Minorca

We spent a quiet and pretty cool Easter on Menorca (apparently the weather gods are often unkind over Easter here).  We did catch part of a typical “Semana Santa” procession on the evening of Good Friday with the (to us) sinister-looking pointed-hooded figures parading through the streets of the old city and swaying to the sound of mournful brass bands.  If there were more processions on Sunday, we missed them because it was so cool and wet we stayed hunkered down on board for most of the day.

 

But speaking of brass bands, we were very amused to see that out time here coincided with a visit from the Abergavenny Brass Band.  Seemed like rather extreme to sail this far for that pleasure.

 

Yesterday we hired a car and drove the 42k across the island to the other main city of Ciutadella which used to be the capital of the island until the British moved it to Mahon when they ran the place in the 18th century.  It’s another charming place and pleasantly pickled in aspic as an example of gracious 18th living as all the progress and change moved away to Mahon.  We enjoyed wandering the streets, admiring the architecture and taking a look at its pretty port. 

 

We also used our day with wheels (how strange and speedy that always feels after time on a boat), to look at some of Menorca’s fantastic pre-historic remains.  The first of these was a building shaped like an upturned boat, hence its name of a “naveta” which was used as a burial chamber at least 3000 years ago and is made of huge stone blocks without any mortar.  It looked so sturdy it will probably go on for another 3000 years, although erosion has made a series of holes in the roof now.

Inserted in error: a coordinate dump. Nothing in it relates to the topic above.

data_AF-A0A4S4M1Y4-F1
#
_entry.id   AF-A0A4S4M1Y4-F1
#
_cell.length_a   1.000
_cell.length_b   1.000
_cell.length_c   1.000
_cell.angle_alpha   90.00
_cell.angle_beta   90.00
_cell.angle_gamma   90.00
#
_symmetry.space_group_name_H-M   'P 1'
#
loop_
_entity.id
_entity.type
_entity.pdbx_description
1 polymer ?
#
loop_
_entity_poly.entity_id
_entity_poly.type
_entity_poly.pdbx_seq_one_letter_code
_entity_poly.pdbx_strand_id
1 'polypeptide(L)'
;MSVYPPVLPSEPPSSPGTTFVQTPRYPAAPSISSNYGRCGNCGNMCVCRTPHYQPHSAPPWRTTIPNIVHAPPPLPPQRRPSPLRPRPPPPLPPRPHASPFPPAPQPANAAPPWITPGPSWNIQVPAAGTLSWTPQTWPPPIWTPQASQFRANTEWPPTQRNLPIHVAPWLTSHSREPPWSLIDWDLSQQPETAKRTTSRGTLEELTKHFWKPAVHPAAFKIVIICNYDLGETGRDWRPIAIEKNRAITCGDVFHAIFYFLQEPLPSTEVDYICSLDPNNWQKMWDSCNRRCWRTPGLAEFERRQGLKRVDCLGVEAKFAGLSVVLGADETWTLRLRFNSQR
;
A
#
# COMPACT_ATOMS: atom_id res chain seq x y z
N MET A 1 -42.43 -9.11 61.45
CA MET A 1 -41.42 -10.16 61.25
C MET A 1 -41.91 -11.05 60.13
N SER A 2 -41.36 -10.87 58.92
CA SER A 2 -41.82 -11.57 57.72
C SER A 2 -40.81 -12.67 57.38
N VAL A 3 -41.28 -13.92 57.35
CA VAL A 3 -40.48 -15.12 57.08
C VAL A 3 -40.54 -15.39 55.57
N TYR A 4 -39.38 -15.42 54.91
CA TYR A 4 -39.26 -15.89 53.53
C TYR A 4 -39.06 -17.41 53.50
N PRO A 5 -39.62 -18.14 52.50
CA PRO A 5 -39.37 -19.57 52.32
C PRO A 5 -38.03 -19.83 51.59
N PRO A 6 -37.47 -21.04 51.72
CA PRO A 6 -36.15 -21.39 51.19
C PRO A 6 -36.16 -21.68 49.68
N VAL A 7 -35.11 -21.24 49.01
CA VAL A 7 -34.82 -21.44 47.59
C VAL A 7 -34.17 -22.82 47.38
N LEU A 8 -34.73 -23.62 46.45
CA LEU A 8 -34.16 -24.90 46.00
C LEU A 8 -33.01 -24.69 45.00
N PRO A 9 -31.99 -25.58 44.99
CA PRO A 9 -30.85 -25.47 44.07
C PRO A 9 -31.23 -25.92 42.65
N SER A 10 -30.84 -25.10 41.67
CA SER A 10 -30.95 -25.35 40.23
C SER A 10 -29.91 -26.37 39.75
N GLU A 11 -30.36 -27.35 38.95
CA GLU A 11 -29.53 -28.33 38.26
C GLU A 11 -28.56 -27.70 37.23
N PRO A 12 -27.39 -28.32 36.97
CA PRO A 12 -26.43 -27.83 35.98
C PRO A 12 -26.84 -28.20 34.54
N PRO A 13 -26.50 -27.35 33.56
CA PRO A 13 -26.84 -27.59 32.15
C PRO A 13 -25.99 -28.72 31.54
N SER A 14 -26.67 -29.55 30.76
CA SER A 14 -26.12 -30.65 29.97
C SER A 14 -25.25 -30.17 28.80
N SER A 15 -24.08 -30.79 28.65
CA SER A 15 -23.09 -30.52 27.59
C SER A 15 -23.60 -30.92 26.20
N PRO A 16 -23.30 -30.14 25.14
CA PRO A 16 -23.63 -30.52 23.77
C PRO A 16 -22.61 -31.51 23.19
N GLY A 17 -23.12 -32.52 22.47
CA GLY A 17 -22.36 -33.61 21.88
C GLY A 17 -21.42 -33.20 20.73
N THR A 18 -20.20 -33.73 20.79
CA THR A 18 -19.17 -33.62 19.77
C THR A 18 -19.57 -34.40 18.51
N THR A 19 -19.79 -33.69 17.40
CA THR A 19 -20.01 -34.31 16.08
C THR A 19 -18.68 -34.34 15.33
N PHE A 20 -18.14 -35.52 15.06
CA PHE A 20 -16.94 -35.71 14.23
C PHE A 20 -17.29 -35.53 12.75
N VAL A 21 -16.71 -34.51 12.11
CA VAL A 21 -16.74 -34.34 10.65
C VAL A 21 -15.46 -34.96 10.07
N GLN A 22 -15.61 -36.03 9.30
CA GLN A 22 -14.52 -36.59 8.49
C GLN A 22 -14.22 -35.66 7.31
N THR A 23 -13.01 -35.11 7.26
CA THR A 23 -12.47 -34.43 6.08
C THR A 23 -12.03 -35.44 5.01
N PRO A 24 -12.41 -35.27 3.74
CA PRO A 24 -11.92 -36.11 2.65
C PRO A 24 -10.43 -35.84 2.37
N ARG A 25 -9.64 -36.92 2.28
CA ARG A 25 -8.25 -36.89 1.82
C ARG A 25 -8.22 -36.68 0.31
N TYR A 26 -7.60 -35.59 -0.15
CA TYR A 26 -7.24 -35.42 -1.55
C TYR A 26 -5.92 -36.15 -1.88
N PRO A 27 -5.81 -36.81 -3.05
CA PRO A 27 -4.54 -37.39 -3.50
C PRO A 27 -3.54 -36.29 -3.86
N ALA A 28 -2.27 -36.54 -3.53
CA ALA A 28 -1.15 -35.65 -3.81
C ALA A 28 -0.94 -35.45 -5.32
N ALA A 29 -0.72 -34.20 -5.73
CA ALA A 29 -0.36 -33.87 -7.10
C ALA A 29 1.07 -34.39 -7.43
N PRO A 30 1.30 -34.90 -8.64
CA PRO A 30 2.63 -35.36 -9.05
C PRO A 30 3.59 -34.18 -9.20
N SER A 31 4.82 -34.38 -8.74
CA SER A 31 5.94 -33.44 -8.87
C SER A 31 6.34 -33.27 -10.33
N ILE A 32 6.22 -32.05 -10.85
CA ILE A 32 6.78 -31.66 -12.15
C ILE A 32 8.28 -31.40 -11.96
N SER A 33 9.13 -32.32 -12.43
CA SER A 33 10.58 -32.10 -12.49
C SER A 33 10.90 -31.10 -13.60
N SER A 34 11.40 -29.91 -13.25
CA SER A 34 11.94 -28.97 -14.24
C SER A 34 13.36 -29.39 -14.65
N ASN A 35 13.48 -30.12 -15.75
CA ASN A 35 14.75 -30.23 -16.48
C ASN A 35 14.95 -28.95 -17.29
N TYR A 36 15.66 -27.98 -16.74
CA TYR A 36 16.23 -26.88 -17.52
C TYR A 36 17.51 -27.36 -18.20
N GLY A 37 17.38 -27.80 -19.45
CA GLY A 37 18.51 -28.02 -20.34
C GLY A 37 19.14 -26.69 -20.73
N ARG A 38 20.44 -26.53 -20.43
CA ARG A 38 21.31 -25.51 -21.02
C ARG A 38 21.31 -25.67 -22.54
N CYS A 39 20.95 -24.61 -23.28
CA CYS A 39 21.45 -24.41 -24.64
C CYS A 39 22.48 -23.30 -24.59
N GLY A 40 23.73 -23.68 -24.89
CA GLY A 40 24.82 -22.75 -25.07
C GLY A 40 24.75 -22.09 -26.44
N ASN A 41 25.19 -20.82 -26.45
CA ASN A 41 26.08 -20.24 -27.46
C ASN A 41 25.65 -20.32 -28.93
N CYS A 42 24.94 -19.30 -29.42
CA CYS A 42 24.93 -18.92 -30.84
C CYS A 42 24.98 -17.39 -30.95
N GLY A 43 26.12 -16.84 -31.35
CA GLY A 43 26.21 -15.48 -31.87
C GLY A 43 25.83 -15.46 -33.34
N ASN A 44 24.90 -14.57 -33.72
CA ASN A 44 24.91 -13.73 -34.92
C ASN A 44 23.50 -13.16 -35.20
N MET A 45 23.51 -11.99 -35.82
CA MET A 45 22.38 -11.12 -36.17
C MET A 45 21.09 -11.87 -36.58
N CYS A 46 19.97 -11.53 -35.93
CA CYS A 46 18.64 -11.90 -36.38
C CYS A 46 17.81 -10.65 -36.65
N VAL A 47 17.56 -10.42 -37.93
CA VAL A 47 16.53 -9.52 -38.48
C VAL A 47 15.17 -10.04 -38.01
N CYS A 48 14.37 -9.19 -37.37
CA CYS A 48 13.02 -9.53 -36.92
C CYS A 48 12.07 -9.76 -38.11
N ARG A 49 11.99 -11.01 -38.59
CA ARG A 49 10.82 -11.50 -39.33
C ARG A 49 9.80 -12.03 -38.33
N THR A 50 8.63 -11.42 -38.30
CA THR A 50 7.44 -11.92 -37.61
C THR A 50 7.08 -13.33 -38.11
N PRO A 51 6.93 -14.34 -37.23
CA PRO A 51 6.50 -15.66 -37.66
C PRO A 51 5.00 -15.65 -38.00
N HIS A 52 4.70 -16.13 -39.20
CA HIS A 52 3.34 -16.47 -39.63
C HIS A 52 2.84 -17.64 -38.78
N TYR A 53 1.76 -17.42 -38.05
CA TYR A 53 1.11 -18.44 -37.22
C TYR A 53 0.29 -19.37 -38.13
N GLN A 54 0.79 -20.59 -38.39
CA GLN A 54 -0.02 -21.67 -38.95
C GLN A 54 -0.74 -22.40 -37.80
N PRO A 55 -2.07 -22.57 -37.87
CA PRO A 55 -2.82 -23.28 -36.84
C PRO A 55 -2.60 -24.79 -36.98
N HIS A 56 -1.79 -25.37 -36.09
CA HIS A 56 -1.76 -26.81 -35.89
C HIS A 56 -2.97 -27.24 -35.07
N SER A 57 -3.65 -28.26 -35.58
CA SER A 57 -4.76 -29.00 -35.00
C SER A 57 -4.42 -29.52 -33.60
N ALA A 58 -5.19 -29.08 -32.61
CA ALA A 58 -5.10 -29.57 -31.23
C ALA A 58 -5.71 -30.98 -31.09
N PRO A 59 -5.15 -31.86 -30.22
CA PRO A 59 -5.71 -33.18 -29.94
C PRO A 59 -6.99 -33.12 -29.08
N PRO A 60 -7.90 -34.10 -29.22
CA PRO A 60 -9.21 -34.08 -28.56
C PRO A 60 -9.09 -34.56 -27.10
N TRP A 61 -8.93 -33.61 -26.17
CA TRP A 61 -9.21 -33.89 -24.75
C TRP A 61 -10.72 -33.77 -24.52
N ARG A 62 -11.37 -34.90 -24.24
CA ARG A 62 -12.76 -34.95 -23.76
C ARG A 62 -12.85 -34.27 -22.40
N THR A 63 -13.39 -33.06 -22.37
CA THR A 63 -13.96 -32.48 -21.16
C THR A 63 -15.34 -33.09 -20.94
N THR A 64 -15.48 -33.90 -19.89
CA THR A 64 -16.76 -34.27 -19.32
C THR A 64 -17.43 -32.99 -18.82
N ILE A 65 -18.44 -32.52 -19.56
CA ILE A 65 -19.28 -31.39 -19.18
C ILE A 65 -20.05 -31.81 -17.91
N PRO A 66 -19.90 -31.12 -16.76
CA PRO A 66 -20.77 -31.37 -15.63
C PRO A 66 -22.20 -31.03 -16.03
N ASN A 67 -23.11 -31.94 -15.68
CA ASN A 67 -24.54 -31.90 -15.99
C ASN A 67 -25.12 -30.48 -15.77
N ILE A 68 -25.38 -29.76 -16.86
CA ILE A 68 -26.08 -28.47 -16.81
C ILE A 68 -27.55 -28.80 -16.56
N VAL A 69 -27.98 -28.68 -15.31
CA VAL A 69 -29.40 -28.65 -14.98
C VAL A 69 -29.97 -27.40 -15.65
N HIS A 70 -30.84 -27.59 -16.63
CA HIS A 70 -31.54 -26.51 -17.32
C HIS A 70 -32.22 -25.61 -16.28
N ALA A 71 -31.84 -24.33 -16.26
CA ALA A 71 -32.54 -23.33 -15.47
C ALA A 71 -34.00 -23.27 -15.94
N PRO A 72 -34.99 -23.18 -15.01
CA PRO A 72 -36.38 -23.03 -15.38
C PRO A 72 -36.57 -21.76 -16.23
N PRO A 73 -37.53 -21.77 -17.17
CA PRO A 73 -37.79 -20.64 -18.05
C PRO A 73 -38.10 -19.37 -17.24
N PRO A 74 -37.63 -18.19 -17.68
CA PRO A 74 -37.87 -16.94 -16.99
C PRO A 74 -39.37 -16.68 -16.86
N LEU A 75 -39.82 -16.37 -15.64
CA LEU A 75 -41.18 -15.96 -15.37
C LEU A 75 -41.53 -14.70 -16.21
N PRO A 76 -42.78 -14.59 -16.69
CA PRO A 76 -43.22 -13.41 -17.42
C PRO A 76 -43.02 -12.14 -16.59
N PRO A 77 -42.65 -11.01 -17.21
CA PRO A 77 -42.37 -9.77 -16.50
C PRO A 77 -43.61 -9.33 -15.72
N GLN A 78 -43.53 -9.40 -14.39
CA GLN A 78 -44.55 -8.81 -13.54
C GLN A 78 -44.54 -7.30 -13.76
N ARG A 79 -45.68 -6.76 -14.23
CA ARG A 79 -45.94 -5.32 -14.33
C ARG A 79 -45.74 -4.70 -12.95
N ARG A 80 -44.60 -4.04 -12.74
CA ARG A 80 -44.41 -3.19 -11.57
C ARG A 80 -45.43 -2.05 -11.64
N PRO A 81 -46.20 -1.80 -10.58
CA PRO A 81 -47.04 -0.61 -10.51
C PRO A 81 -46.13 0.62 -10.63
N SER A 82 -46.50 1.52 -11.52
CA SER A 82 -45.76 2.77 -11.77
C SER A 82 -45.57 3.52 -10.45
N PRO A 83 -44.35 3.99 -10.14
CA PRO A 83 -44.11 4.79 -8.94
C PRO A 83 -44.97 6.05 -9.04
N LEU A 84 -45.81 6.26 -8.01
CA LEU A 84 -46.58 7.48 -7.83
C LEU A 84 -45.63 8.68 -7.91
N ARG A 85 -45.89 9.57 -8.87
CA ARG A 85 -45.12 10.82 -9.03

Navetta des Tudons:

 

We drove down a bumpy lane to one of Menorca’s famously beautiful coves (or “calas”) as apart from its lovely setting and clear, clear waters, it is also the site of a necropolis from the “Talayotic” period of pre-history.  There are nearly 100 man-made caves in the cliffside which date from the 11th century BC, so another very atmospheric place.

 

Calas Coves; with man-made caves:

 

Finally we walked around a delightful village from more or less the same era whose central feature was one of the megaliths known as “taulas” of which there are many on the island.  The village around it was occupied for at least 1000 years and you could almost feel the presence of earlier peoples there.  It helped that each of these sites was so peaceful this early in the year and the fields around were full of wildflowers and birdsong.

 

Talati de Dalt; prehistoric settlement with its central Taula:

 

So Menorca has proved to be a destination of much interest for somewhere so small and we would be happy to pay it a return visit one day.  Tomorrow morning we leave as early as we can for Sardinia as it’s a 30-40 hour crossing.  Today we have been making preparations for departure, including cooking some soup and suppers to get us through those cold, dark spells.  Roll on the warmer months but not the crowds that go with them!